Back a few months, it wasn't impossible to some-what affordably buy the 'right-parts', and build yourself a piece that could compete with anything else out there, assuming you know what you are doing and take your time doing it.;)
     
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  8. Morpheus

    Morpheus Columbia Gorge Anyway, back on the farm.

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    80% lowers are hunks of aluminium which require drilling out the punch holes, and sometimes the chamber in the center where you put the lower and seer.

    Not just a stripped lower which has nothing inside of it.
     
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  9. Swedish K

    Swedish K SW Washington Moderator Staff Member

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    Assuming you have the tooling and patience to finish an 80% lower (mill / drill press depending on how they arrived at 80%) you probably still won't save any money going that route. I've been seeing finished lowers around for about $130-170 range in the last week (stripped) and the cheapest 80% lower I've seen was $170. Most of the 80% market isn't about saving you money - they are charging you full price or more for an item that they don't need an FFL to sell and most people who buy them do so to avoid any paper trail. The funny thing is that most who are doing this have bought guns with paperwork in the past so they aren't avoiding being noted as a gun owner and most order with a credit card from the seller so there is still some form of trail.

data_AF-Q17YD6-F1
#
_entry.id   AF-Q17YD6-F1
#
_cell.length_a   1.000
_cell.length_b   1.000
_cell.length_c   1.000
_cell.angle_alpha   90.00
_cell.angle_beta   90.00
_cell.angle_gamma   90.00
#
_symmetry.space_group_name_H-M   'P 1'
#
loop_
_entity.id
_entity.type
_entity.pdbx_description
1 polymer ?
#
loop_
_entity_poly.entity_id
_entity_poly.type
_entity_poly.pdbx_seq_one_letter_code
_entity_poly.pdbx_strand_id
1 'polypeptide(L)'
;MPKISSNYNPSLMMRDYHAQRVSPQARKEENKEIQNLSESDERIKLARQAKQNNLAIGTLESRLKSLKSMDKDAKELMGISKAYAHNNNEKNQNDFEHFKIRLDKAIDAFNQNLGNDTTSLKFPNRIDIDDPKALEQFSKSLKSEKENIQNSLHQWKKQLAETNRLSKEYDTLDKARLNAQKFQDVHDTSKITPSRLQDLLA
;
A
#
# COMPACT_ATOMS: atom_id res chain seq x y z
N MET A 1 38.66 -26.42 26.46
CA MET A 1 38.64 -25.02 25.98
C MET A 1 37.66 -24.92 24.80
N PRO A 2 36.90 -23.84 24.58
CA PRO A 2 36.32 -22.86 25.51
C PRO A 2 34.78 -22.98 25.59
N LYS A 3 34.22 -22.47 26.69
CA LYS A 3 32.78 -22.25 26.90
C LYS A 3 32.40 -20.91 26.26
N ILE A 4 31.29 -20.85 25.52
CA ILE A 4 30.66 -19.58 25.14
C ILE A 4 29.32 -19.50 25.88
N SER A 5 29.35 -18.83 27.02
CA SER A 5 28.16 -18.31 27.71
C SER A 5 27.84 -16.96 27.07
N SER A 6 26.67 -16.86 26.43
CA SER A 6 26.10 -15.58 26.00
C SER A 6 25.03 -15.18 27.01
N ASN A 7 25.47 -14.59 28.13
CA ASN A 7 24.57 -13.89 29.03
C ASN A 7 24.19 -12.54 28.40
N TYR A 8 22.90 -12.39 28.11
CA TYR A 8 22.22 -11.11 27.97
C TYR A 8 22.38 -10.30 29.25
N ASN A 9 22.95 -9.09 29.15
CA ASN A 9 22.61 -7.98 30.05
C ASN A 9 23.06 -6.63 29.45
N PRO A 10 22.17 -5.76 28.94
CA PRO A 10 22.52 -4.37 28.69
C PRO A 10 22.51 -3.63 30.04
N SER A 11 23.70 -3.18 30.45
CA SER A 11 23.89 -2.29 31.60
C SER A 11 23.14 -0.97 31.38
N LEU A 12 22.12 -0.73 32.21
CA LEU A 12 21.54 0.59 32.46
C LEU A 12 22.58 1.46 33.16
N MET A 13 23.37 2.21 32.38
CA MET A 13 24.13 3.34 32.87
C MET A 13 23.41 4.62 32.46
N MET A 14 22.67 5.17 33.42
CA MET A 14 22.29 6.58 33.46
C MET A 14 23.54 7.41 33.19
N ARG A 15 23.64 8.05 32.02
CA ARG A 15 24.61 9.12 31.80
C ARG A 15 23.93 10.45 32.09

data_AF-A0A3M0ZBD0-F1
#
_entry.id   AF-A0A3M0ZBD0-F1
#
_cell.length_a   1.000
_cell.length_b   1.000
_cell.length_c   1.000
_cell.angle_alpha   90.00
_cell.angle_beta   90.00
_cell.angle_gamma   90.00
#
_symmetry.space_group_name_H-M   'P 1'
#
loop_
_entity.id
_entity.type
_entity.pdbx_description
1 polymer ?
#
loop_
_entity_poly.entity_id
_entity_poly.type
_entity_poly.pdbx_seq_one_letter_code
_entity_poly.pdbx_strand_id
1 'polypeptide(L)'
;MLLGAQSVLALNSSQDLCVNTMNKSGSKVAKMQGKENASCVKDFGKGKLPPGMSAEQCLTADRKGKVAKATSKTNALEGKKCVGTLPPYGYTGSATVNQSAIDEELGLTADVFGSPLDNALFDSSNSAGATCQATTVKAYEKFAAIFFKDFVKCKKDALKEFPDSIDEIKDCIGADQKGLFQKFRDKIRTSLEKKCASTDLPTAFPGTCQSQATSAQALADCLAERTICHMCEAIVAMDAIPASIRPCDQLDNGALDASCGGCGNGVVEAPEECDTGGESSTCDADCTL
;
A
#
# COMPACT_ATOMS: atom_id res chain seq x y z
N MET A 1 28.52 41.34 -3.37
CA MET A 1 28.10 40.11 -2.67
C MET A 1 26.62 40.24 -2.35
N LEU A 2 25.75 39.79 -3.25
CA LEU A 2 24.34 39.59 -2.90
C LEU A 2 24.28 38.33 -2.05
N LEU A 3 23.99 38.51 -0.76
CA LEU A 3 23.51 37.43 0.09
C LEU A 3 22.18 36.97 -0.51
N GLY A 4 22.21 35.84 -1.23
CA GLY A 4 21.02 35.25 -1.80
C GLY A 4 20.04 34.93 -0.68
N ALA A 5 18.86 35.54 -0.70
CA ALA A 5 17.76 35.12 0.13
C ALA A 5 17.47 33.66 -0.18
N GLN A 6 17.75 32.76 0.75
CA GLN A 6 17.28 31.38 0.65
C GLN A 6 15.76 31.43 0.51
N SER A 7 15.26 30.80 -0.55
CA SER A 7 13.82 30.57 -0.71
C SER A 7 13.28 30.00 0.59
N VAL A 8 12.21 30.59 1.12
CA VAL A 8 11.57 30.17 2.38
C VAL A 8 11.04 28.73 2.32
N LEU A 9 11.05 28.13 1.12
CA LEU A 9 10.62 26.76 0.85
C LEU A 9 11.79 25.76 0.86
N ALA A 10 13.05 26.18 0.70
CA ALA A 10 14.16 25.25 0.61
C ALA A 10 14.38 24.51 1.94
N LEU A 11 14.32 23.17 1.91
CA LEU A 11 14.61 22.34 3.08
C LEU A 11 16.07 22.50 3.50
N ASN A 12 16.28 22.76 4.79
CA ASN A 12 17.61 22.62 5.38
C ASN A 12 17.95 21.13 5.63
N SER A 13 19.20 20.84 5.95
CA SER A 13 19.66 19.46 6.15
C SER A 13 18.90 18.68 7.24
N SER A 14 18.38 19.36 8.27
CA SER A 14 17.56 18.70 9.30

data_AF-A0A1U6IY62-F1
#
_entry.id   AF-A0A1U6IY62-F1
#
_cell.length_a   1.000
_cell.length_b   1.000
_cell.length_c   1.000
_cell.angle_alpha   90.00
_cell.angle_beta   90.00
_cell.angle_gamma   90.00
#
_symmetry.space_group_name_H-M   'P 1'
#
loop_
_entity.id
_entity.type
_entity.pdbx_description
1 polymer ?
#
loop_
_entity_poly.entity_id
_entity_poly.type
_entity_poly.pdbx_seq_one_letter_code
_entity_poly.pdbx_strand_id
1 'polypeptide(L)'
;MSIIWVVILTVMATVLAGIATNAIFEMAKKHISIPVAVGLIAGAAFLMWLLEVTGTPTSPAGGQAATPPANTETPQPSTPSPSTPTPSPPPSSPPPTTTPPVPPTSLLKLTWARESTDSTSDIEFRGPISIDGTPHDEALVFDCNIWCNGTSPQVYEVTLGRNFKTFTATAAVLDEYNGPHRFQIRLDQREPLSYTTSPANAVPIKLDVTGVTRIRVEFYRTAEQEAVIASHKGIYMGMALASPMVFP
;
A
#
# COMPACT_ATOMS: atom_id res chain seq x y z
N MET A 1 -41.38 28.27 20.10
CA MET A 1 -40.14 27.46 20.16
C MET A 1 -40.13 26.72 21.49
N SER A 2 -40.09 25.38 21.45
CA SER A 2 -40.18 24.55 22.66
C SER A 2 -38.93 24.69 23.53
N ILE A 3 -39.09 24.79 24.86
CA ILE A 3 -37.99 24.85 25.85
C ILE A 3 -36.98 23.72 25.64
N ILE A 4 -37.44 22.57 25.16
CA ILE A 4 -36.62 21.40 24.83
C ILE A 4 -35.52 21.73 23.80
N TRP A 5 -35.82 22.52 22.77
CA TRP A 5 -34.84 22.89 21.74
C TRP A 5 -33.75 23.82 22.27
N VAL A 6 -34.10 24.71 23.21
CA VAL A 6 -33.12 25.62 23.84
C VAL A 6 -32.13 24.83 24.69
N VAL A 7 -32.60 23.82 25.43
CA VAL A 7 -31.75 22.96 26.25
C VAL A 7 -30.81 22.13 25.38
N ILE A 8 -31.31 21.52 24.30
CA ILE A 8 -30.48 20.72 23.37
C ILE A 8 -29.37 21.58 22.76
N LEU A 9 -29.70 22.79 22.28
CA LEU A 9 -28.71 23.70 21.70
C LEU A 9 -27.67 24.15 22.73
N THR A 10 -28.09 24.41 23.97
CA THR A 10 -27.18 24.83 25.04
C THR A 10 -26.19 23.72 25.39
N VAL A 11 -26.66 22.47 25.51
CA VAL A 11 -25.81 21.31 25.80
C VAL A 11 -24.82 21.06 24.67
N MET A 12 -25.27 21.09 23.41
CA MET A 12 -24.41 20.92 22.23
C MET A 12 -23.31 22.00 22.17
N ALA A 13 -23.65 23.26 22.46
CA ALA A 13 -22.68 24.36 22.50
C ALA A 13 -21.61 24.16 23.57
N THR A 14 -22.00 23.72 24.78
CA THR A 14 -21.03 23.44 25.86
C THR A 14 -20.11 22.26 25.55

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  10. mjbskwim

    mjbskwim Salmon,Idaho Well-Known Member

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    OK OK I missed that one.
    Yeah the factory has assembly lines that can mill one out in a minute or 2.....at perfect milspec
    I don't get buying the 80% and trying to mil spec it yourself
    Unless you have the same machine the factory does,then why not do the whole unit?
     
  11. Ryo

    Ryo WA Member